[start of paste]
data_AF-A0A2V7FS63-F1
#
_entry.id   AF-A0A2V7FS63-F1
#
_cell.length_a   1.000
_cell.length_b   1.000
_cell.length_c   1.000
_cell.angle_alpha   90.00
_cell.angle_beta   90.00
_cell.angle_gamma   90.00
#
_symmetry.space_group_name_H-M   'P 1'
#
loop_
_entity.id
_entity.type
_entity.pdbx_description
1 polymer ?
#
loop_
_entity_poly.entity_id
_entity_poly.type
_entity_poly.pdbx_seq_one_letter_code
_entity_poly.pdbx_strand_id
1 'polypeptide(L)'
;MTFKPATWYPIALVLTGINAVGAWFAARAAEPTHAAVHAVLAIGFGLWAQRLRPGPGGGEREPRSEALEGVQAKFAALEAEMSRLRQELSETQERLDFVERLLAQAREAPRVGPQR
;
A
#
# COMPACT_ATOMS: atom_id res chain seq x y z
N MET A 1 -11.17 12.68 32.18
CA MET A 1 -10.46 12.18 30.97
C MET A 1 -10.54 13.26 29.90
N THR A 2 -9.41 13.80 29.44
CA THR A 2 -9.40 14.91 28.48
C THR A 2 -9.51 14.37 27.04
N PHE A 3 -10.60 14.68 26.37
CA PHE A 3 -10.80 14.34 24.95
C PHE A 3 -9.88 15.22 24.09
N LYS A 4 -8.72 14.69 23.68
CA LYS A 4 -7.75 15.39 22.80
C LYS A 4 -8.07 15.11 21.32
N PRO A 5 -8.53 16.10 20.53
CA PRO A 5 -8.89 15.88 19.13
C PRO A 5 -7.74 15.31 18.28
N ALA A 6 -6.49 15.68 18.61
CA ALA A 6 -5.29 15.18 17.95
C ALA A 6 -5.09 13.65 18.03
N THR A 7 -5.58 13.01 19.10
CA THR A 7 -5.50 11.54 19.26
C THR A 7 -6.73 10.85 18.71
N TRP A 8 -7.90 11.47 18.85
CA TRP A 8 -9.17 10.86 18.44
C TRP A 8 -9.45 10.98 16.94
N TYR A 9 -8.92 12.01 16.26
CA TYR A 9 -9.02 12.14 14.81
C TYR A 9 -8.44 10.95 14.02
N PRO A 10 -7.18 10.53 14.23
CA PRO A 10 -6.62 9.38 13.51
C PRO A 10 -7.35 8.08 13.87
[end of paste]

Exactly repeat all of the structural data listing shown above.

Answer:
data_AF-A0A2V7FS63-F1
#
_entry.id   AF-A0A2V7FS63-F1
#
_cell.length_a   1.000
_cell.length_b   1.000
_cell.length_c   1.000
_cell.angle_alpha   90.00
_cell.angle_beta   90.00
_cell.angle_gamma   90.00
#
_symmetry.space_group_name_H-M   'P 1'
#
loop_
_entity.id
_entity.type
_entity.pdbx_description
1 polymer ?
#
loop_
_entity_poly.entity_id
_entity_poly.type
_entity_poly.pdbx_seq_one_letter_code
_entity_poly.pdbx_strand_id
1 'polypeptide(L)'
;MTFKPATWYPIALVLTGINAVGAWFAARAAEPTHAAVHAVLAIGFGLWAQRLRPGPGGGEREPRSEALEGVQAKFAALEAEMSRLRQELSETQERLDFVERLLAQAREAPRVGPQR
;
A
#
# COMPACT_ATOMS: atom_id res chain seq x y z
N MET A 1 -11.17 12.68 32.18
CA MET A 1 -10.46 12.18 30.97
C MET A 1 -10.54 13.26 29.90
N THR A 2 -9.41 13.80 29.44
CA THR A 2 -9.40 14.91 28.48
C THR A 2 -9.51 14.37 27.04
N PHE A 3 -10.60 14.68 26.37
CA PHE A 3 -10.80 14.34 24.95
C PHE A 3 -9.88 15.22 24.09
N LYS A 4 -8.72 14.69 23.68
CA LYS A 4 -7.75 15.39 22.80
C LYS A 4 -8.07 15.11 21.32
N PRO A 5 -8.53 16.10 20.53
CA PRO A 5 -8.89 15.88 19.13
C PRO A 5 -7.74 15.31 18.28
N ALA A 6 -6.49 15.68 18.61
CA ALA A 6 -5.29 15.18 17.95
C ALA A 6 -5.09 13.65 18.03
N THR A 7 -5.58 13.01 19.10
CA THR A 7 -5.50 11.54 19.26
C THR A 7 -6.73 10.85 18.71
N TRP A 8 -7.90 11.47 18.85
CA TRP A 8 -9.17 10.86 18.44
C TRP A 8 -9.45 10.98 16.94
N TYR A 9 -8.92 12.01 16.26
CA TYR A 9 -9.02 12.14 14.81
C TYR A 9 -8.44 10.95 14.02
N PRO A 10 -7.18 10.53 14.23
CA PRO A 10 -6.62 9.38 13.51
C PRO A 10 -7.35 8.08 13.87